S&P 500, Nasdaq 100, Dow Jones Talking Points:
- It’s been a rough first half of Q2 for equities and the pain trade doesn’t look over yet. The most bullish factor stocks have going at the moment is just how bearish everything has been.
- The Fed has been clear that their primary goal is tackling inflation and that remains high. We’ll get the next installment in that data point tomorrow with the release of CPI for the month of April, expected at 8.1% versus the 8.5% from March.
- Stocks are bouncing today after all of the Dow, S&P and Nasdaq tested through major supports yesterday. This seems like a bear market bounce that puts the focus back on resistance in the effort of finding lower-highs for bearish continuation scenarios.
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It’s been a cruel start to Q2 for stocks but, really that theme was starting to show more prominently at the start of the year. The big change of late seems to be market acceptance that the Fed will, in fact, give preference to their battle with inflation over stock market gains. It might not have seemed that way, particularly after last week’s FOMC rate decision.
The Fed hiked by 50 basis points for the first time in 22 years but stocks flew higher later in that session as Jerome Powell seemingly closed the door on the prospect of a 75 basis point hike in June. But, that doesn’t mean that the Fed isn’t going to continue to try to tamp down inflation, and the slower approach may actually bring more bearish behavior as capitulation seems even further away. More hikes up front may spell for a messier market in the short-term. But, it could also give the bank a better chance at actually reducing inflation so that they can move away from this tightening stance sooner rather than later.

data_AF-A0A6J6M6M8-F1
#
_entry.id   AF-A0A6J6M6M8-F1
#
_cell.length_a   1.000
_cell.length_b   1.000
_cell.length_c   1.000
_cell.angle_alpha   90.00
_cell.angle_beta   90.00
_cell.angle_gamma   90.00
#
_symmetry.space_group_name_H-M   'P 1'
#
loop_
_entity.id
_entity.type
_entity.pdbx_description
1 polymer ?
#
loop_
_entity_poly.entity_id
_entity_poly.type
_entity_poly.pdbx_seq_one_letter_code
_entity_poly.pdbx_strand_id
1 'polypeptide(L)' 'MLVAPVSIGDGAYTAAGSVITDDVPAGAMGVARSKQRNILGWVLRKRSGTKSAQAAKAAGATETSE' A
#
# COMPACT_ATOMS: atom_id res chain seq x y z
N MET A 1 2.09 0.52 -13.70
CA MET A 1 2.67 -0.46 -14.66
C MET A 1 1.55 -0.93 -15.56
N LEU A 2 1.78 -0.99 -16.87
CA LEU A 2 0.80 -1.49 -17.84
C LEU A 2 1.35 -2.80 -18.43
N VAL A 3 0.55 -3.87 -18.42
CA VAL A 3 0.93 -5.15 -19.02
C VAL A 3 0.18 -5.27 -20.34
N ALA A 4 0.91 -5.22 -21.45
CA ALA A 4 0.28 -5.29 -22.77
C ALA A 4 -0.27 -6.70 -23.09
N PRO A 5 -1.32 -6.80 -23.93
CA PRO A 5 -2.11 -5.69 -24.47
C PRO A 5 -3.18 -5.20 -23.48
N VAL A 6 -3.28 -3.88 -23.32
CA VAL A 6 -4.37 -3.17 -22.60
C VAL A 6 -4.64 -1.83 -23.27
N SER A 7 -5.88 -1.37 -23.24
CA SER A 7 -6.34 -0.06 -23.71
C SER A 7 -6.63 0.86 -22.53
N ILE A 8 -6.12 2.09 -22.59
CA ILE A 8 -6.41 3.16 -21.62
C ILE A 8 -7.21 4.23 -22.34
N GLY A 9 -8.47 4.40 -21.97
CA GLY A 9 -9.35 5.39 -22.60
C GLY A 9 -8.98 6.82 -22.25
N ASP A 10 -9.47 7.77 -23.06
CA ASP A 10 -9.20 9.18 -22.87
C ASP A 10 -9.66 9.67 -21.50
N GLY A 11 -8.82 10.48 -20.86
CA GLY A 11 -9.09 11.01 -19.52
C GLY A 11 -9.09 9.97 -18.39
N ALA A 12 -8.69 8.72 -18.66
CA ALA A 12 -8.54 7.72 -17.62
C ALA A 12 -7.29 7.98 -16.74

That obviously didn’t happen and when the Fed erred on the side of caution last week, a massive short-covering rally developed on Fed day that was entirely faded the following day.
Since then – we’ve pretty much had mostly weakness. The Friday session was painful for stocks as was yesterday; but as we open Tuesday a bit of hope has shown up as stocks have put in an overnight bounce from fresh yearly lows.
The big question – can it hold or is this just another bear market bounce that sellers will use to set up short positions at more favorable points on the chart.
Yesterday the S&P 500 crossed the 4k psychological level for the first time since March of 2021. That level provided some support in the middle of yesterday’s US session but even that came under fire from sellers ahead of the close. The level then showed as resistance in early-Asia trade before support finally set-in around 3961.
At this point, it seems we have a bear market rally on our hands after stocks have went back into an oversold state yesterday, and this would be somewhat similar to the positioning that we saw ahead of that FOMC rate decision, when the market was so heavily short that even a hint of positive news sent sellers heading for the exits. That creates a quick move higher which then squeezes other shorts and, eventually, we have a short-term rally on our hands.